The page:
To the best of our knowledge, this is the first study to conduct a meta-analysis of the association between m6A regulators and the prognosis and clinicopathology in cancer patients systematically. Nonetheless, there are still several limitations in our meta-analysis. First, several original data were not available, therefore we had to extract data from the Kaplan-Meier survival curves and this might increase the inaccuracy in our study. Secondly, the ethnicity of included patients was mostly Asian, which may increase the population selection bias. Thirdly, IHC was adopted to detect the expression of m6A regulators in all studies, but the IHC protocols, antibodies and cut-off values were not consistent across the included studies, which may have led to significant heterogeneity between included studies. Therefore, future research should standardize the cut-off values for the expression of m6A regulators, detection antibodies used and IHC staining protocols to better compare the results of different studies. In summary, our meta-analysis provides evidence that the expression level of m6A writers is related to cancer progression and prognosis. Different m6A writer proteins play different roles in patients’ outcome: high expression level of METTL3 is significantly associated with poor prognosis, while high expression of METTL14 leads to better survival rate. Both m6A regulators possess a great potential to become practicable prognosticators in various cancers. Meanwhile, future studies with more complete and representative datasets are required for further exploration.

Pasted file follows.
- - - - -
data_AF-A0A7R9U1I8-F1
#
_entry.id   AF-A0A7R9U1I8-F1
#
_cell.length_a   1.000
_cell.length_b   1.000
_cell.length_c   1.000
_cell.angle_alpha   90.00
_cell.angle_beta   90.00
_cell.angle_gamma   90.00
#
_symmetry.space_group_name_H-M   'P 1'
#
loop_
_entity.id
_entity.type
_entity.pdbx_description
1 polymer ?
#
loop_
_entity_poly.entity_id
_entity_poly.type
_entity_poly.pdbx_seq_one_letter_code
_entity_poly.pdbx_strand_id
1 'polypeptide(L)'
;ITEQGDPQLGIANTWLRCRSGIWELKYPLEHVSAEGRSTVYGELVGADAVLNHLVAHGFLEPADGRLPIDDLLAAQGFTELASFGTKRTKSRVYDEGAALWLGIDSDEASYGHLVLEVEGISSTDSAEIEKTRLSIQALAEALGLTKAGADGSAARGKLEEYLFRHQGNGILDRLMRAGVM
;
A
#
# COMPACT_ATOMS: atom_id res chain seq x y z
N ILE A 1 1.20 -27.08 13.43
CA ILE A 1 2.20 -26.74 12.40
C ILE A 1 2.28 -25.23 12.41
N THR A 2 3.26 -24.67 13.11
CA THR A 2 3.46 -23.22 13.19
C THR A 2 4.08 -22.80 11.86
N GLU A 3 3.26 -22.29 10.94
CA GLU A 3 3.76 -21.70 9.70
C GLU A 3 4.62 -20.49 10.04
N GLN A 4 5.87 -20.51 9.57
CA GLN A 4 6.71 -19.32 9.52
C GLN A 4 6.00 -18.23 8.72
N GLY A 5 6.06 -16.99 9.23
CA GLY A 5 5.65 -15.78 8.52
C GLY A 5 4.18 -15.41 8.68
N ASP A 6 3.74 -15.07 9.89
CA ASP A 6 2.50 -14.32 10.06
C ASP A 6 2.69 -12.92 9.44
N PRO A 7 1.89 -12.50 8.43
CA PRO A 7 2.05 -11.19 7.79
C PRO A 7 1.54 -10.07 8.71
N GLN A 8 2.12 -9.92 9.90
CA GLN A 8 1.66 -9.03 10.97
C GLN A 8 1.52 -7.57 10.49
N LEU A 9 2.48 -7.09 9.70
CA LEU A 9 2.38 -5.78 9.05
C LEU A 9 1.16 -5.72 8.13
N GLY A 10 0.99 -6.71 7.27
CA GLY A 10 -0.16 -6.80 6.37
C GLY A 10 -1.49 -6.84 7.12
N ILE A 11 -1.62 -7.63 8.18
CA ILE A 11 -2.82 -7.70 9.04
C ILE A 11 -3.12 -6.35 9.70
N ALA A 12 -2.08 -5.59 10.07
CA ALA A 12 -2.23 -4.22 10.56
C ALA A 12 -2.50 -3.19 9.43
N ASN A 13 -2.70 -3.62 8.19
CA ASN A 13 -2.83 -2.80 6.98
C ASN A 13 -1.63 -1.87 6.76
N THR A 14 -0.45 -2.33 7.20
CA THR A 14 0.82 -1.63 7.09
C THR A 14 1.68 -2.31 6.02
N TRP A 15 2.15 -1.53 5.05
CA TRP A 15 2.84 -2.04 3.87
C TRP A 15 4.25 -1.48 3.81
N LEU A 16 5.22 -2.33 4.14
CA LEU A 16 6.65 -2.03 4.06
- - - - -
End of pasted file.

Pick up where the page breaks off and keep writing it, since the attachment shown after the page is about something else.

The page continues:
Literature search

Relevant articles published up to April 2022 were obtained from PubMed, Embase, Web of Science and the Cochrane library. There were no restrictions on language or date of publication. “N (6)-methyladenosine” and “cancers” were the two main key words we used. The comprehensive search strategy for each database is provided in Supplementary Table 1. All references were managed using EndNote X9. Three reviewers independently analyzed search results. Any disagreements between reviewers were resolved by discussion.

Inclusion and exclusion criteria

The process of selecting eligible studies was conducted by three reviewers independently. Articles were included when they met the following inclusion criteria: (1) the text evaluated the relation between m6A regulators expression and cancer prognosis; (2) HR and 95% CI were reported or could be calculated from the text; (3) original research; (4) the expression of m6A regulators in tissues was detected by immunohistochemistry; (5) patients were confirmed cancers definitively. The exclusion criteria were: (1) reviews, letters, meeting abstracts; (2) nonhuman studies; (3) sample cases were from databases; (4) duplicate data; (5) studies did not provide necessary and complete data.

Data extraction and quality assessment

The following information were extracted from eligible studies independently by three researchers: author, published year, country, m6A regulators, cancer types, cancer stage, sample size, gender, cut-off value of m6A regulators and survival data including OS, DFS and RFS. The HR with its 95% CI were extracted from the text directly or calculated from Kaplan-Meier survival curve using Engauge Digitizer. The quality of the included studies was evaluated using the Newcastle Ottawa Scale (NOS) criteria. NOS scores range from 0 to 9. It would be considered as high-quality study if score was more than 5; otherwise, it would be considered as low-quality study. Only studies with NOS ≥ 6 were finally selected for inclusion in meta-analysis. Disagreements were resolved by discussion.

Statistical analysis